Also, Tillotson says that quality assurance methods should be built into every program. “The question remains, ‘can ED physicians do it well?’ I will suggest that we are saving lives by assuring that these patients receive quicker access to care,” he says.

However, the use of compact equipment concerns some radiologists, including Hisham A. Tchelepi, MD, associate professor and director of ultrasound at Wake Forest University in Winston-Salem, N.C. “If you want to use ultrasound to make a diagnosis, you have to use very high-end equipment,” he says. He cautions making a diagnosis on smaller portable laptops due to their resolution, and inferior hardware and software.

However, Tchelepi notes that smaller ultrasound systems can be effective in the ED or in the interventional suite to find venous access, check for ascites or pleural effusions. “In our department, we perform detailed ultrasound exams. Many times we identify lesions that are not clinically expected which would trigger further imaging with CT or MRI many of those are small or even subtle lesions, for that reason you really need a high-end machine,” he notes.

Noble adds that the radiologists and ED clinicians are not performing the same tests for the same purposes. Therefore, the high-end diagnostic quality of the more advanced machines is not always necessary, because “in the ED, we are not seeking to do comprehensive diagnostic imaging,” she says. “We are attempting to make clinical decisions at the point of care, and the smaller devices have allowed us to expedite those treatment decisions.”

“There is no question that radiologists perform a more thorough study with more detail,” Noble says. “But, these smaller, less expensive machines allow the ED physicians to provide safer, more accurate diagnostic testing and to do it more quickly both of which will be cheaper for the patient and for the hospital in the long run. For example, sometimes, I simply need to know if a patient is hemorrhaging, because if so, I need to call a surgeon—that simple ‘yes or no’ question can be obtained quickly with the new devices,” she explains.

“As a radiologist, I worry that everyone is trying to embark on the field of ultrasound—in office settings, in the ED, and even in the operating room,” Tchelepi says. “There have often been instances when a patient has been sent home after being imaged in the ED, only to return to the radiology department—at which time, we find complications which are sometimes life-threatening. I am not against ED physicians using ultrasound machines, but that shouldn’t be the end of the patient’s treatment.” He adds that those patients follow up with the radiology department, which does not always happen when the patient’s are assessed in the ED.

Each of the physicians acknowledge that that the turf battle is growing, and for many, the motivation appears to be financial.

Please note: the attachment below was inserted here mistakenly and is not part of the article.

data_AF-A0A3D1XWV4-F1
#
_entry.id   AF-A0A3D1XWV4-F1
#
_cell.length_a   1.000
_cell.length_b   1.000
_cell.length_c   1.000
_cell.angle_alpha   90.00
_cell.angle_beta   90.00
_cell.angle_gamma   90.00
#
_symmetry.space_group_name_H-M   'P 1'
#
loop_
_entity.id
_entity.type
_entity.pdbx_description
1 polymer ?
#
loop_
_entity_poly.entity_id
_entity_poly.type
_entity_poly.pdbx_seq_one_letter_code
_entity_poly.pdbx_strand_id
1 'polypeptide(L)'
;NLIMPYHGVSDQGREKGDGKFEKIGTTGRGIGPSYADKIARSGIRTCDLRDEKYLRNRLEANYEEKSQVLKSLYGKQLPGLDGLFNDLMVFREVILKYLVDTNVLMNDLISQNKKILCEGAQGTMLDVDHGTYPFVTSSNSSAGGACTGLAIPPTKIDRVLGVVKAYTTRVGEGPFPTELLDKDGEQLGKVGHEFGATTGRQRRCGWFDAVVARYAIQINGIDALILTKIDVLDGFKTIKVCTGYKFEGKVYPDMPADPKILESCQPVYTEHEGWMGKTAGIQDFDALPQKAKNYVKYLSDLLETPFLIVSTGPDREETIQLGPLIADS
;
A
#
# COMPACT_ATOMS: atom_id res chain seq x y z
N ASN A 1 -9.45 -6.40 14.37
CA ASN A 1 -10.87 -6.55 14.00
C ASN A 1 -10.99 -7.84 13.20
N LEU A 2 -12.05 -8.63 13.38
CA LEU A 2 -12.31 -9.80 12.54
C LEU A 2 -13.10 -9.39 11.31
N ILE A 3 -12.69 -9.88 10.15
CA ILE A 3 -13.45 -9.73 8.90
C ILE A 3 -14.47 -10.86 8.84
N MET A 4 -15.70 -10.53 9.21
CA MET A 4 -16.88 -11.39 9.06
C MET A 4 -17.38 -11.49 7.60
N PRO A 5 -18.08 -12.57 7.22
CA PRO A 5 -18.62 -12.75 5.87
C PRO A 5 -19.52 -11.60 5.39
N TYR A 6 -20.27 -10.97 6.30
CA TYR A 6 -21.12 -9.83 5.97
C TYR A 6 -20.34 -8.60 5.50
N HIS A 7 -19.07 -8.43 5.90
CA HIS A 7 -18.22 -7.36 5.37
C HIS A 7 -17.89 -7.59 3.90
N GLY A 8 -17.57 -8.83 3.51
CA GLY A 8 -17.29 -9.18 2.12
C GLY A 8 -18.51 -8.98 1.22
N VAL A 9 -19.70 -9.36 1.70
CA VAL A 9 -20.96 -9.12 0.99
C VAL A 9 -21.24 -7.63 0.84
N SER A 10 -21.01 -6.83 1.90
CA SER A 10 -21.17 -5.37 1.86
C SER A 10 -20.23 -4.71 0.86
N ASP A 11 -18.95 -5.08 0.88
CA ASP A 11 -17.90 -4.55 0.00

Fusing ultrasound with other images

In November, Wake Forest University deployed GE Healthcare’s Logiq E9 with fusion imaging which “assists with the management of much more complicated cases which occur with marked frequency,” Tchelepi says. 

He explains that many patients who have kidney failure, and therefore cannot have contrast administered for the CT scan are referred for ultrasound for further evaluation. “On the CT scan, we frequently notice some cystic lesions, which cannot be defined as simple cysts by CT remain problematic with conventional ultrasound. Specifically, if the patient has more than one cyst, a cyst in question becomes difficult to identify,” Tchelepi notes. “With this technology, we can simply download the CT scan, fuse it with ultrasound images and accurately pinpoint a suspicious cyst and further characterize it.”

“We see a large number of cancer patients—many of these patients will have tiny liver lesions [about 3-4mm] on the CT scan image, but those lesions cannot be characterized on CT because they could either be cysts or metastatic cancer,” Tchelepi says. He notes that fusion imaging allows trained radiologists and technologists to fuse the CT or MR image to an ultrasound image, and based on anatomy line marks, can pinpoint them, for potential biopsy.

This technology is most applicable in oncology. Specifically, Tchelepi predicts that it will most likely thrive in the interventional ultrasound suite for biopsies.

Ultrasound fusion imaging has the potential to change the way we perceive ultrasound images, according to Tchelepi. He exemplifies a patient who presents with liver lesions. “First, you read the initial CT image at the PACS workstation, then you transfer from the reading room to the ultrasound room or the procedure room. However small that gap in time, it may cause a disruption in the process. Now, when these images are fused at the ultrasound machine, the radiologist can bring areas of concern seen on the MRI or CT to the ultrasound field of view, mark them and then proceed with the procedure,” he explains. “With this technology, liver lesions that are well seen on CT or MRI and we were unable to identify with conventional ultrasound without fusion were simply outside of the ultrasound field of view, obscured by shadowing from ribs.”

“This technique is helping us look at ultrasound from a different perspective, and once it popular and standardized, could change the role of ultrasound, and potentially change the way procedures, such as biopsies,” Tchelepi concludes.

The future stands subject to innovation

The current field of ultrasound is ever-changing due to rapid technological progression, according to Noble. “Ultrasound’s role will continue to evolve, as long as the technology keeps changing,” she concludes. “At some point these devices may be able to perform some interpretations automatically.  This and other innovative pipeline techniques will continue to push the envelope of this field.”